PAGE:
Simon Bolivar’s Freedom Fight

by Dave


Financial News – Yahoo! Finance

In 1805, a 21-year-old South American nobleman, Simon Bolivar, traveled through Europe, drowning his sorrows over the death of his wife.

Arriving in Milan with his former tutor, Simon Rodriguez, to see the coronation of Napoleon as king of Italy, Bolivar was repelled by the power-hungry man he had once admired. He also saw that one man could bend history to his will.

On the Continent, Bolivar ingested the democratic ideas of the Enlightenment. He dreamed of bringing his country, which was to become Venezuela, independence.

Traveling on to Rome, Bolivar heard the story of Sicinius, who had led the people to Aventine Hill to protest the rule of abusive patricians. Going to the top of the hill with Rodriguez and another friend, [Bolivar], the young man dropped on his knees and said, “I swear before you, I swear by the God of my fathers, I swear by my fathers, I swear by my honor, I swear by my country that I will not rest body or soul until I have broken the chains with which Spanish power oppresses us.”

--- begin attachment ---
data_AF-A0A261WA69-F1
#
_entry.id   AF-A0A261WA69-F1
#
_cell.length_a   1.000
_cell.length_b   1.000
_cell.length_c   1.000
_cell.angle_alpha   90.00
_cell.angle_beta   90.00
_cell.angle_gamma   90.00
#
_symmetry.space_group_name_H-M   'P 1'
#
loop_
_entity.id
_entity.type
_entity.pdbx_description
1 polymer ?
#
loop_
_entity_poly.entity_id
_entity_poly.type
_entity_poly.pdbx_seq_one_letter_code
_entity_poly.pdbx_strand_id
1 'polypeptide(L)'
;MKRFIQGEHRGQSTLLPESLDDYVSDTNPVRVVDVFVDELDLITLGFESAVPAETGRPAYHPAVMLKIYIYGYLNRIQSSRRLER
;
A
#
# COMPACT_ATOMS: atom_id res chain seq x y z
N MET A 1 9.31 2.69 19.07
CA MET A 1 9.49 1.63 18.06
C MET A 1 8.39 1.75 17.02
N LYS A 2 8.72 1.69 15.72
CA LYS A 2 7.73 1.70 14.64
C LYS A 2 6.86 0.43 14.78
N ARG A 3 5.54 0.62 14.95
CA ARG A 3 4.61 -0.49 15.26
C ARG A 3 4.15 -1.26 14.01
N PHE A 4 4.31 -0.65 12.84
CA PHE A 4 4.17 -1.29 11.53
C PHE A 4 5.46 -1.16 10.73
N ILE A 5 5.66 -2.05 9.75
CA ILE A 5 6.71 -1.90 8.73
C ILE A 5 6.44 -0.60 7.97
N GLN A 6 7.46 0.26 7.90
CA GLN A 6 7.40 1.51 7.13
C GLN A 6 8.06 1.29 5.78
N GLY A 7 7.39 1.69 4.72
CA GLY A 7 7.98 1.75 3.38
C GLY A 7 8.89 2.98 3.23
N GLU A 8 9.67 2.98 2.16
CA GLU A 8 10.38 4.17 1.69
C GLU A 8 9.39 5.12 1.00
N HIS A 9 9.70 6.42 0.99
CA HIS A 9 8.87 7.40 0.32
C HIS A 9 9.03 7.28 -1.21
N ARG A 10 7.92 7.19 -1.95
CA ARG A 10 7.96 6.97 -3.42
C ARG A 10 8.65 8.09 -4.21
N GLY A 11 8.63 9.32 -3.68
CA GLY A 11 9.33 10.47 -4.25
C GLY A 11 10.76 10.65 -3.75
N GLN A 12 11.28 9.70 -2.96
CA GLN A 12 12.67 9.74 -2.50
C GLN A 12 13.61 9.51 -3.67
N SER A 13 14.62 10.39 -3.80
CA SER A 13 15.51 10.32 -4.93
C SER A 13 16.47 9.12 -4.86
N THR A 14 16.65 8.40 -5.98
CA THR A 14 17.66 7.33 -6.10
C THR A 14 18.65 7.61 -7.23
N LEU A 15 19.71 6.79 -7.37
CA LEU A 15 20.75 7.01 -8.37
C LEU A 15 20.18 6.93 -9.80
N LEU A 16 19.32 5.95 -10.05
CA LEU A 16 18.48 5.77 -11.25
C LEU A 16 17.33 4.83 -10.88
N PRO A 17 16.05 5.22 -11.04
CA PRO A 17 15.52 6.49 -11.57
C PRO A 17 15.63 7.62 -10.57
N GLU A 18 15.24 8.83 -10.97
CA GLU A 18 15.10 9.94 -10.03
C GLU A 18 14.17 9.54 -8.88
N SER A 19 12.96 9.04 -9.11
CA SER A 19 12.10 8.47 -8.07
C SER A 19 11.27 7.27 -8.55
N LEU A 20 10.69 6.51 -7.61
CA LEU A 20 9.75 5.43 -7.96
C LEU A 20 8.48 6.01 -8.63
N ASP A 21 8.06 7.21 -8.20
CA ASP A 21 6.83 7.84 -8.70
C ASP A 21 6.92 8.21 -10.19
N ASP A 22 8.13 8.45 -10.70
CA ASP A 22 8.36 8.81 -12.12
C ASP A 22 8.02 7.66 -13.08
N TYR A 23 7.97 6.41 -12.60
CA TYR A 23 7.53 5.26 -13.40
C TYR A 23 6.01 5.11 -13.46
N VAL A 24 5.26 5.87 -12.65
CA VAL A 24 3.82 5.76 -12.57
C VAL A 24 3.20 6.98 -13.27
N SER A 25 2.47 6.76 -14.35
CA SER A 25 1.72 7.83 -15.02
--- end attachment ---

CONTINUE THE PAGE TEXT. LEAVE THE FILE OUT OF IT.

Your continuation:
The pledge was preposterous. South America’s mines yielded vast amounts of gold and silver that financed Spain’s worldwide empire. To protect that, the Spaniards suppressed 300,000 Indians[indigenous Americans] who had revolted 50 years earlier.

Making his words crazier, Bolivar had never been in a battle. Two decades later, he more than realized his dream.

[Bolivar] is seen as the George Washington of Venezuela, Colombia, Ecuador, Bolivia and Peru, an area the size of Western Europe,” Marshall Eakin, a history professor at Vanderbilt University and author of the Teaching Co. course “America in the Revolutionary Era,” told IBD. “Like other great figures in history, he had an unshakable belief in himself and the rightness of his cause.”

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